Water Purificationgreenspun.com : LUSENET : TimeBomb 2000 (Y2000) Preparation Forum : One Thread
Anyone compared Pur and Brita water filters? Pur claims to be able to filter out some microbiological cysts but the filter costs about 50% more.
I plan to store tap water with clorox (8 drops to a gallon) and filter it before consumption.
Thanks in advance!
-- Serio (email@example.com), August 20, 1999
After review..... we felt this was a much better choice.... 20,000 gallons of filtration from the charcoal/carbon filter. 5 years use on the ceramic. This DOES filter all the nasties out.
We filtered out of a mud puddle......... and it realy worked! ( we had a 3 stage... which has a pre-filter) like the seller did.... and it worked great.
Extreme.... but I can think of 1,000's of folks after a disaster wish they could do that.
-- JBM (firstname.lastname@example.org), August 20, 1999.
If your filter unit works on critters, dirt, off flavors, and other nasties, might it not be better to NOT chlorinate? I understand that, with the British Berkefield at least, chlorine shortens the life of the filters and must be "cooked" off periodically.
Just a thought, Gypsy
-- Gypsy (GypsiGold@aol.com), August 20, 1999.
Im an experienced backpacker and did quite a bit of research on filters. We live in an apartment in a country area along a river, so my water solution is to purify. I picked up an MSR Miniworks and Waterworks, with enough filters to carry 1600 gallons. My friends have many types of filters which has given me some insight into their operation. Below are my impressions of each and why I bought an MSR. Please note that the Brita is NOT designed to filter anything but tap water.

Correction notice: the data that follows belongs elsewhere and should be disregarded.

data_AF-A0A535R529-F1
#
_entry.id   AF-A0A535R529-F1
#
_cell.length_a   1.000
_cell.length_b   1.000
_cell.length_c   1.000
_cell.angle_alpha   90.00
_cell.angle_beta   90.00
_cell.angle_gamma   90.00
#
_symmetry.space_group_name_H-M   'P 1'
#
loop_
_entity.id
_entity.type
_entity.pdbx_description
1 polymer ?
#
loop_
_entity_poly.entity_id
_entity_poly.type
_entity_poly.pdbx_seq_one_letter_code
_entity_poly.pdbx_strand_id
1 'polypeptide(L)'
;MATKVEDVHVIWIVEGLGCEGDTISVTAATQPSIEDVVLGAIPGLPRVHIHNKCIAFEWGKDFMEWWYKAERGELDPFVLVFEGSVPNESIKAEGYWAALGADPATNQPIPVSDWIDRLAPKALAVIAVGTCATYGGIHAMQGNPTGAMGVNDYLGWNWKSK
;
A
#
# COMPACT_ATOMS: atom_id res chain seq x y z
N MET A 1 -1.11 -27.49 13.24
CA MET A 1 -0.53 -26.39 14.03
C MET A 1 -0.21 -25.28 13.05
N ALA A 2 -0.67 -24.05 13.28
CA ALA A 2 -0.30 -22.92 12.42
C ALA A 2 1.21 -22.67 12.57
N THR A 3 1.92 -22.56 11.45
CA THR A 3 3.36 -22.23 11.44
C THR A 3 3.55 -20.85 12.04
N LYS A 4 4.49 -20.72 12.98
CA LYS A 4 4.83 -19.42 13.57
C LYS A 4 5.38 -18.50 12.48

For years I used a First Need, later went to a Sweetwater (now out of business). The First Need is a great filter but is heavy (consideration only to backpackers). Im not sure if it has a charcoal filter but it claims to be able to filter our some chemicals. It is somewhat awkward to use and I spilled my fresh water container more than once in the process of filtering. I then went to a Sweetwater but this had the annoying habit of spraying water when pumped to fast. First Need filters are hard to find and of course the Sweetwater is no longer made.
My requirements were thus; to have a filter that can be put into a puddle of excrement and pull out clean water. I wanted a bottle top adaptor like my Sweetwater, and a charcoal filter that would take out iodine/bleach, since the water might be treated like this prior to filtering. I have a good amount of respect for this aspect of survival. Ten years ago I was in the hospital for a week with what was probably a parasitic infection from the Catskills. I treated the water with iodine AND a filter, and still got sick. More than likely, a drop or aerosol particle of contaminated water got on the threads of a bottle being filled.
A friend has a Katadyn. Ive tried both models and they are VERY hard to force water through, but very durable. The disadvantage is that the Katadyn will not take out viruses and has no charcoal filter, which will take out some chemicals. The Katadyn mini has two models, regular filter and charcoal filter. Cant have both. The filters treat an emormous amount of water in their lifetime. I didnt buy a Katadyn because the filters are imported, and they are difficult to pump (I consider this important, after using my friends for 4 days). To treat for viruses and iodine I would have to use iodine, THEN the filter, THEN another charcoal filter like a Brita. They are also pretty expensive and I wanted to buy a backup. In the event Y2K blows over, my spare is going to be donated to missionaries in the Soviet Union, and I didnt want to go nuts with the expense.